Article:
Yes to an emergency fund
The city’s financial troubles are daunting enough, but they could get worse. Imagine how much deeper the budget hole would be if the city suffered a major earthquake, a terrorist strike on the scale of the Sept. 11 attacks or an epidemic. That’s why the City Council should set aside a portion of the taxes it collects for needs that cannot be anticipated, above and beyond the demands of the inevitable economic downturns. The experience of the current fiscal crisis demonstrates that the council’s existing emergency fund, which can be tapped by a simple majority vote, may not be secure enough to prevent city leaders from acting imprudently. The Times urges a vote for Measure P, which would create an emergency reserve account more likely to be reserved for actual emergencies.
The city’s administrative code already calls for an emergency reserve account of 2.75% of the general fund, which amounts to a little more than $118 million in the current fiscal year. Measure P would write that requirement into the City Charter. It also would require a two-thirds vote of the council to draw funds from the account and, if the mayor were to veto the council’s decision, a three-fourths vote to override it.
The reserve fund envisioned by Measure P would hardly meet Al Gore’s definition of a “lock box.” It could only be tapped if the council declared there was an “urgent economic necessity,” but if two-thirds of the council and the mayor agreed, any circumstance could fit the bill. The mandate to refill the reserve fund the following year could also be suspended by a two-thirds vote.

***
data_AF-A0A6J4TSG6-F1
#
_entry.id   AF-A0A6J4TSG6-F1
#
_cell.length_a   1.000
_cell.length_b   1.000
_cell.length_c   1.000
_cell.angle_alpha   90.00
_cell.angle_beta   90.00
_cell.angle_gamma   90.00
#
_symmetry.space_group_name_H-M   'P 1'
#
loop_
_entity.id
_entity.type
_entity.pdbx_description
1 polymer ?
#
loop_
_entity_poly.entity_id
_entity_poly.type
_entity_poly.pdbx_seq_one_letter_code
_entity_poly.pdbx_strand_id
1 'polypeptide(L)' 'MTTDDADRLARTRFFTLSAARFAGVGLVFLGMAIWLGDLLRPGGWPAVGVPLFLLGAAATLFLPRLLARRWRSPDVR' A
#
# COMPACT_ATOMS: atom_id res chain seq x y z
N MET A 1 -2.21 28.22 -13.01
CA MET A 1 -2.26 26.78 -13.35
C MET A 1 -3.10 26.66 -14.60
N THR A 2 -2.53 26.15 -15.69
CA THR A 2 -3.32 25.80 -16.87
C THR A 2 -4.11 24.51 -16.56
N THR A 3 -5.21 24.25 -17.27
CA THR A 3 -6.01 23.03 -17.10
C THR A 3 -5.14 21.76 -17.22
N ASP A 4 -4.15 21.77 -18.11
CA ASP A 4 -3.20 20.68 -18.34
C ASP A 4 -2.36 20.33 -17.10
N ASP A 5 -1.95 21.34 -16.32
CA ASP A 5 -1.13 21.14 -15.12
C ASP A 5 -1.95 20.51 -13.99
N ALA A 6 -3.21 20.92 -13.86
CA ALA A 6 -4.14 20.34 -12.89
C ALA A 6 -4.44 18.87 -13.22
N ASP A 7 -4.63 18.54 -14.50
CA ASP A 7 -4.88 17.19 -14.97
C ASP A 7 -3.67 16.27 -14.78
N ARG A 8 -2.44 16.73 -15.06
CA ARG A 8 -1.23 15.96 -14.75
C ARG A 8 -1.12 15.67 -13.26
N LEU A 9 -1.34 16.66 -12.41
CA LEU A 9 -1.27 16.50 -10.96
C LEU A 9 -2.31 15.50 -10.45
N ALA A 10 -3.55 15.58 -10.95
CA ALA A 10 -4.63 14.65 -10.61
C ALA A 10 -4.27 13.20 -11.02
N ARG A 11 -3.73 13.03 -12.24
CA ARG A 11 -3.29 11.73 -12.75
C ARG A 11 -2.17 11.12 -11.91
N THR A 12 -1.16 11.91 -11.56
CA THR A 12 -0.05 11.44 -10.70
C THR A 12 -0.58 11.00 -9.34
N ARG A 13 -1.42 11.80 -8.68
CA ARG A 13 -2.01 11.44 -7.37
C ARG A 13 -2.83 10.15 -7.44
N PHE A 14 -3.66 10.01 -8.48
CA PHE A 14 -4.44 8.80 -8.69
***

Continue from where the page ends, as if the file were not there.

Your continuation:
In addition to the emergency fund, the proposal also creates a “budget stabilization fund” of unspecified size to hold excess revenue collected when the economy is booming. But nothing in the measure would require the council to put a specific amount of money in or to save that money for a rainy day.
Nevertheless, the measure would make it generally harder for the council to drain its emergency reserves simply to avert layoffs or furloughs, as some members have advocated during the current crisis. The measure’s sponsor, Councilwoman Jan Perry, also argues that it would bring more public scrutiny and accountability to such decisions, forcing council members to make tough choices during a budget crunch instead of politically expedient ones. And perhaps most important, it would give investors and credit ratings agencies more assurance that the city has cushioned itself financially against a disaster.
The city shouldn’t need to amend its charter to require elected officials to set aside money for emergencies. Nor is it sound fiscal policy to load up the charter with budget mandates, which reduce the city’s ability to adjust priorities in response to changing times. Recent events have shown, however, that the temptation to spend even the city’s emergency reserves can be overwhelming during a sharp economic downturn. Sadly, the city will surely experience more of those, just as it will endure more events like the Northridge earthquake.
To help prepare for those days, vote yes on Measure P.
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